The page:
Tuesday, June 19, 2012
I feel I am finally able to push ahead with the actual writing of my memoir. This past year or so I’ve been researching periods and people, organizing photos and journals, and gathering ideas for themes and messages. Just yesterday I did my ‘morning pages’ and it felt right and satisfying to begin this process.
I went to my office for a few hours, and later, on my walk by the bay with Lois, briefly told her some details from my story. I asked if she thought anybody would be interested in reading it. A resounding YES! I had to laugh – our friends mostly think our stories are good—because they like us. Isn’t that great? Only if you don’t bet your fortune on it!
Here’s an excerpt (remember this is a first draft and that “Writing is re-writing”):
1976 – I met Timothy, an ex-L.A. policeman, through Howard, sister Shirley’s husband at the time. Balding, his muscles now covered with a thick, soft layer of fat, he had a big smile, a deep voice, and great energy.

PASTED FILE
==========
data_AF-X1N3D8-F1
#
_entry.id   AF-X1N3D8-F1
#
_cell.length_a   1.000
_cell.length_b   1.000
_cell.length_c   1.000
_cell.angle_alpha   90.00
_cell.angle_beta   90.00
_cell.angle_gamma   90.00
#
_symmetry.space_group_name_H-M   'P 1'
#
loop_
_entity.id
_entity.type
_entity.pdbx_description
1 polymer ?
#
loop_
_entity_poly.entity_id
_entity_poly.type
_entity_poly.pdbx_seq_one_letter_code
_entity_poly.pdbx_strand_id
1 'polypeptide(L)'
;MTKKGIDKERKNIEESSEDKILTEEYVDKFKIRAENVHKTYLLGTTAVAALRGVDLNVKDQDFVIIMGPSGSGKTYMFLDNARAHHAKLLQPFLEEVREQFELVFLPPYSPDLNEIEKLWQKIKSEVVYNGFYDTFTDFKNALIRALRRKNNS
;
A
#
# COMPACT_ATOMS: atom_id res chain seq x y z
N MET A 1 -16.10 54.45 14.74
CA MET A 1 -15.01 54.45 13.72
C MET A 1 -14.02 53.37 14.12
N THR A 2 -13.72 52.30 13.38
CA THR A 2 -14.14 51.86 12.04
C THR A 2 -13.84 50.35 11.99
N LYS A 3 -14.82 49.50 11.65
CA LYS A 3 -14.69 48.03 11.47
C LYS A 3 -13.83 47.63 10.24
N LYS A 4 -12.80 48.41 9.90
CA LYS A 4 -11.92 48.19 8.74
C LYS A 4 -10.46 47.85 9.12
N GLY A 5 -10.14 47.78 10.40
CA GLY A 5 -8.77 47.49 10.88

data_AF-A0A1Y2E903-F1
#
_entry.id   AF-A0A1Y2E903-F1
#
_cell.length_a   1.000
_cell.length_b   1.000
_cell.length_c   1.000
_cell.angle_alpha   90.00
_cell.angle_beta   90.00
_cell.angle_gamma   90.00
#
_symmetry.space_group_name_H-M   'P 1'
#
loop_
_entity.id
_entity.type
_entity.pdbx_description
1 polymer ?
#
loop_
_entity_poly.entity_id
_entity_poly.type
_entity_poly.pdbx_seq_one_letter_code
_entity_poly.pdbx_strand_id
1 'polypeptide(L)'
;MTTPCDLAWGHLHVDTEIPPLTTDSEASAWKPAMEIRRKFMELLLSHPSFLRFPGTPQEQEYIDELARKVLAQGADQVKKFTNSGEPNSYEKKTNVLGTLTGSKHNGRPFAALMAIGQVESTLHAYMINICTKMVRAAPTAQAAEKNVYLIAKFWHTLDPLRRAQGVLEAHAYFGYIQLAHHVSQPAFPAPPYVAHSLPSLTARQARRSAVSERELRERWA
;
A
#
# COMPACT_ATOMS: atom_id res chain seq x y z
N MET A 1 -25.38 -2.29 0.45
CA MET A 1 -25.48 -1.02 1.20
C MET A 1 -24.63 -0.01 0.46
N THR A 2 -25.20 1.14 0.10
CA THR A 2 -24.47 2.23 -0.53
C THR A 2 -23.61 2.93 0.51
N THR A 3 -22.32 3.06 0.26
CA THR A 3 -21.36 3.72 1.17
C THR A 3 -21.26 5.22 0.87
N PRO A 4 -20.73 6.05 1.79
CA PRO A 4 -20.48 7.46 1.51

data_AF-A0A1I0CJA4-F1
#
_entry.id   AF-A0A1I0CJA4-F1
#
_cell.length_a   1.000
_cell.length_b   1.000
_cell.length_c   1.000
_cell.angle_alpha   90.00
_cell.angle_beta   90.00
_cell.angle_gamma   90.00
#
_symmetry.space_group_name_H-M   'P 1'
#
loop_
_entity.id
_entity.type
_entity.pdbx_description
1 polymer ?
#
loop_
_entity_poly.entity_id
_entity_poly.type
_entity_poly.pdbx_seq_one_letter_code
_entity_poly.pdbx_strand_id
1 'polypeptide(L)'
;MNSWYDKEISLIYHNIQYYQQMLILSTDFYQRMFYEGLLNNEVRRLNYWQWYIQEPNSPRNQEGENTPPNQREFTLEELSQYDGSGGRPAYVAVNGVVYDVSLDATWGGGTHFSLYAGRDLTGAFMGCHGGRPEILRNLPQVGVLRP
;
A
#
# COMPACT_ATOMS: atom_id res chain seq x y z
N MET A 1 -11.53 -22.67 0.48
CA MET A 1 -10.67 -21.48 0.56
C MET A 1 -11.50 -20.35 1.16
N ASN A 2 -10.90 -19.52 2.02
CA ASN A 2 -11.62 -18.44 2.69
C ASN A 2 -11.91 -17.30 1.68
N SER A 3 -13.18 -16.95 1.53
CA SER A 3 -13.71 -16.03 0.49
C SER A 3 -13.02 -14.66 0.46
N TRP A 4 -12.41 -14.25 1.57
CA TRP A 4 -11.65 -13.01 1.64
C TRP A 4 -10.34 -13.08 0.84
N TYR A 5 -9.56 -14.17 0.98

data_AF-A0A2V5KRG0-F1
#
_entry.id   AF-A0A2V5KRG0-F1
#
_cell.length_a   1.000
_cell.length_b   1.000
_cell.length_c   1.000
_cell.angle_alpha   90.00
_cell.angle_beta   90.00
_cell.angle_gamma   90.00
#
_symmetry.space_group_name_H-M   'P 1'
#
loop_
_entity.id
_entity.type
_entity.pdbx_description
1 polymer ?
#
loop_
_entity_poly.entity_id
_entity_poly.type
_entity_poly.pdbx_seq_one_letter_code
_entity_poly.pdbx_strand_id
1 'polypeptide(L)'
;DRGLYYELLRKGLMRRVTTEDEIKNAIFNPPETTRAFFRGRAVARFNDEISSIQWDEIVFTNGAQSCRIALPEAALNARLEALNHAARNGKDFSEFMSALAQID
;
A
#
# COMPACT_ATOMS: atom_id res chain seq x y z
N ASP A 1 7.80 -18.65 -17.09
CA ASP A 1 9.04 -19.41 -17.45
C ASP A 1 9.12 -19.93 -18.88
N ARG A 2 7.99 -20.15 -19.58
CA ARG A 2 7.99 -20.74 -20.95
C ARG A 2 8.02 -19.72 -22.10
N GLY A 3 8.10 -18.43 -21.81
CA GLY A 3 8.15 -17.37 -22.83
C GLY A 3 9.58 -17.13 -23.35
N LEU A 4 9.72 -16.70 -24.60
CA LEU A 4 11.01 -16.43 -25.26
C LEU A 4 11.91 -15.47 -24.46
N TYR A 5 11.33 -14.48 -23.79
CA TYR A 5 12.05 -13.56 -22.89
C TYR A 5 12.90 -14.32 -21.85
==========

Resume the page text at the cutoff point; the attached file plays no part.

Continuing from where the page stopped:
Tim was an alcoholic and loved to drink and party. I rarely drank and became inebriated rather quickly whenever we were together. One night he was staying at a friend’s house in Tujunga Canyon and called me to come over. Within a couple of hours, after we had finished every partial bottle of booze in the friend’s liquor cabinet, Tim said, “Let’s go joy riding in the hills in his jeep.” Off we zoomed in this rundown old army jeep with no top, no seat belts, round the mesquite hills of the Los Angeles National Forest, up and down, faster and faster. In the passenger seat I could barely hold on. As we went around an especially sharp curve, the jeep became airborne! I can still see the stars filling the black sky as we silently sailed over the cliffside. I knew my life was over, and felt—nothing at all, just before I blacked out.
I came to, alone on the hillside, and spotted the lights of houses, way off in the distance. Harboring no hope of getting that far, I started walking toward the lights, and came to once again, ringing somebody’s doorbell.